Introduction - While driving through a scenic road I was in love with all the different shades of greens of the forest nearby the road. It was spring after all and all I saw was “green”! I went home and decided to paint a fairy painting using many variations of greens for my color scheme.
Brushes - Aside from the default PS brush preset, I also used my own custom brushes. I called them “flat bristle” and “knife” because they simulate the look of the traditional tools that I use. I use these two throughout the whole process. I use the “knife” brush to add branches and twigs to my trees. I use the small sharp round edge for details and the soft round edge for blending. And the “bristle” I use for large brush strokes to block in large shapes.
Step 1: I always start my paintings with a sketch, either by pencil scanned into PS or digitally using the stylus and tablet. I used whichever I can grab at the moment. I never clean up my line work since I just painted over it. For this painting I sketched digitally, using a small sharp round brush, set on “pen pressure”.
I sketched the figure first, starting with “stick figure”, adding muscles, and finally drapery. After the figure sketch was finished I started to block in the trees in the background and few small details such as ivy leaves and drooping vines to develop the composition and also to remind me of what I wanted to add later on.
I used the “lasso” tool to select the general shape of the tree, fill the selection with dark brown. Using my “knife” brush I added branches and twigs. Then I made a new layer, set it on “Hard Light”. Using the bristle brush I shaded in the lighter brown to establish the light source on the tree. I also blocked in the dress to help me have a better idea of the form of the figure in the overall layout.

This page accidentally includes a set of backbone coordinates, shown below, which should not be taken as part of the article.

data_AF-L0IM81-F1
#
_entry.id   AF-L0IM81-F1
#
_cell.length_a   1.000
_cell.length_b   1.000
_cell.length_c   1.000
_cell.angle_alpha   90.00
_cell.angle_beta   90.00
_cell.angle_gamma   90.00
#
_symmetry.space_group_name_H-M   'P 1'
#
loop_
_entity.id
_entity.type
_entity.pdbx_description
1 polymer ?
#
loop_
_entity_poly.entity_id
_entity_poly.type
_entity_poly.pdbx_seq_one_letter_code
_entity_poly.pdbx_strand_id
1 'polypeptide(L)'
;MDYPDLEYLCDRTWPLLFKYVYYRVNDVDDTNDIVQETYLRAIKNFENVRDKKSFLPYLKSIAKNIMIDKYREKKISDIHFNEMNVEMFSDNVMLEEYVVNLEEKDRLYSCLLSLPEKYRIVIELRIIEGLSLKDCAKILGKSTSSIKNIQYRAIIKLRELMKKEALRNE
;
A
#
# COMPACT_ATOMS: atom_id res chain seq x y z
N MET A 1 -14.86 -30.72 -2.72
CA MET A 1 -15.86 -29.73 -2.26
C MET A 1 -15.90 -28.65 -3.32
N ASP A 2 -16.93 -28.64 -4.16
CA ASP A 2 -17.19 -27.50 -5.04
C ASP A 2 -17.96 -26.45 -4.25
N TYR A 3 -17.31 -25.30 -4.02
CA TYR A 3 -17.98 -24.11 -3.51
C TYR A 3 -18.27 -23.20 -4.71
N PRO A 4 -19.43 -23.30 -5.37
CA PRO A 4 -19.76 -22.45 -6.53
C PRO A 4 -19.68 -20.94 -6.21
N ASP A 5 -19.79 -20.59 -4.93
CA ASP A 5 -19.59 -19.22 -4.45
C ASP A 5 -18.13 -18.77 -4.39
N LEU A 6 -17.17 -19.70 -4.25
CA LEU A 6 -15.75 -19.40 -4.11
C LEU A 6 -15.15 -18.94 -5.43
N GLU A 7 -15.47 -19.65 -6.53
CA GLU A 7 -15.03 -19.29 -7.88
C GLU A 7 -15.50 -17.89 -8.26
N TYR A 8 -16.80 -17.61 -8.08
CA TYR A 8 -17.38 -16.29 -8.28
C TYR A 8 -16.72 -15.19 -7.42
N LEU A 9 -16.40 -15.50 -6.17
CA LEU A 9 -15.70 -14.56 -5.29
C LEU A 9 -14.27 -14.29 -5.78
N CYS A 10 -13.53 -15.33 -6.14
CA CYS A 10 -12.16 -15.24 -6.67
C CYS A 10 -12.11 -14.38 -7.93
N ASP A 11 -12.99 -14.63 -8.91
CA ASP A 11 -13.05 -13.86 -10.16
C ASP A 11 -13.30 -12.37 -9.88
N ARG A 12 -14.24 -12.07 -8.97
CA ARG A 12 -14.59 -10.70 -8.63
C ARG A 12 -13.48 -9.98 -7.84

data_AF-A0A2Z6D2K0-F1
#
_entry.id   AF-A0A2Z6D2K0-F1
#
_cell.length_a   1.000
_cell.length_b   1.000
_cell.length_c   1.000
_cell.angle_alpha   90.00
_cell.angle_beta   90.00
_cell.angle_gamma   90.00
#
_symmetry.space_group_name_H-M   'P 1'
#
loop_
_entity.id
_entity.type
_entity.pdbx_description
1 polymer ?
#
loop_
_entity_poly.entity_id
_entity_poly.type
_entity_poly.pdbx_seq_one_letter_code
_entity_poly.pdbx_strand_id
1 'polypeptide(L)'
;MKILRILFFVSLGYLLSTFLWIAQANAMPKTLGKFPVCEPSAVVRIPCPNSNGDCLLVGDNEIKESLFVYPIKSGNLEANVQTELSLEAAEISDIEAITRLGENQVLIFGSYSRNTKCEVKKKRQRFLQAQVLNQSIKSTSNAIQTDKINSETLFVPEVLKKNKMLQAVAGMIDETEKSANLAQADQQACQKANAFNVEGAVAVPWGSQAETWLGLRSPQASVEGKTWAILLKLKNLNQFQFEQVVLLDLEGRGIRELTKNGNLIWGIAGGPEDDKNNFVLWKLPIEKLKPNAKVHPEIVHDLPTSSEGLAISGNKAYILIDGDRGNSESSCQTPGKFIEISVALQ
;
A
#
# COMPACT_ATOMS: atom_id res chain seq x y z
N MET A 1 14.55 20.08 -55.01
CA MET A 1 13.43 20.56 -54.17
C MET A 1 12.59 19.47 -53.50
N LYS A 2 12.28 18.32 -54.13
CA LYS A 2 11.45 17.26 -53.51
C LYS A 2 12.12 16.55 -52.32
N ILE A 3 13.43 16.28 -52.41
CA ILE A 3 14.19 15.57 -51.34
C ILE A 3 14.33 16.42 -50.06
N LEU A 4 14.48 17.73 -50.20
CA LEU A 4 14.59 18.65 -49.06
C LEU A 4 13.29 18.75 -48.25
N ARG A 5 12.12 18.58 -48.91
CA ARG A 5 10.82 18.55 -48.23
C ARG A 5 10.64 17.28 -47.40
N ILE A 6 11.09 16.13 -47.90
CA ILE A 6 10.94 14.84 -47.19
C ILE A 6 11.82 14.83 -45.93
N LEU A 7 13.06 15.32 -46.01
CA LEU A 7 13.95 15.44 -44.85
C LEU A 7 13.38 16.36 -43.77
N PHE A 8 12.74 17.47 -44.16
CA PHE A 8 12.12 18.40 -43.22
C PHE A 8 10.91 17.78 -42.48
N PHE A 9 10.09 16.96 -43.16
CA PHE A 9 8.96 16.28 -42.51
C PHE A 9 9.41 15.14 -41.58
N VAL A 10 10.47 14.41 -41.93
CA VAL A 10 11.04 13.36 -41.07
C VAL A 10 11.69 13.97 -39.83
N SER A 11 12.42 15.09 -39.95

I used a guide to align facial features, such as eyes, nose, and mouth. I made my guide lines red on a separate layer at 50% opacity. This guide is very important when I started painting the face in detail; it helps me keep the facial anatomy in check.
Step 2: After I was happy with the layout, I started to render. Generally I work “outside in”, rendering the background first and saving the facial details for last. I started on the big tree, adding some barks and moss.
Working at 100%, I redefined the facial features and gave some lighting direction to the figure. To keep the edges clean, I used the pen tool and saved my selections as “left arm”, “right arm”, “torso”, etc. These saved selections are very useful for later stages when I started blending and adding shadow to the figure. To make selections from the pen tool, close your path, right click and choose “make selection”, then go to Select > Save Selection, name your selection and click “Save”.
Step 3: Here I started to add texture, such as moss, ivy, vines, and fallen leaves into the background.
For the moss, I created a hand-painted custom brush. Using the small sharp round edge brush, I painted individual little dots and moss. The dots represented the small tiny daisies from afar. Once I am satisfied with the shape I select the moss go to Edit > Define Brush Preset. In Brush Dynamics, set the brush to scattering and pen pressure.
In this small example I added moss on a rock. Using my moss brush I painted the green moss on a separate layer. Create a Layer > Clipping mask for the active layer so that the moss fits cleanly on the rock. Set the Layer Style to Bevel and Emboss at a very slight depth, just enough to give the moss its own dimension on top of the rock. I used this same method for the moss on the tree.
I’ve also lengthened her hair, giving the character a more romantic look. I sketched in the dragonfly wings and a few hummingbirds to see if I’d like to add these elements. I decided not to go with these since they were used before in other paintings… I thought of leaves and thought that they would make a more interesting design for wings. The dragonfly design ended up on her dress :)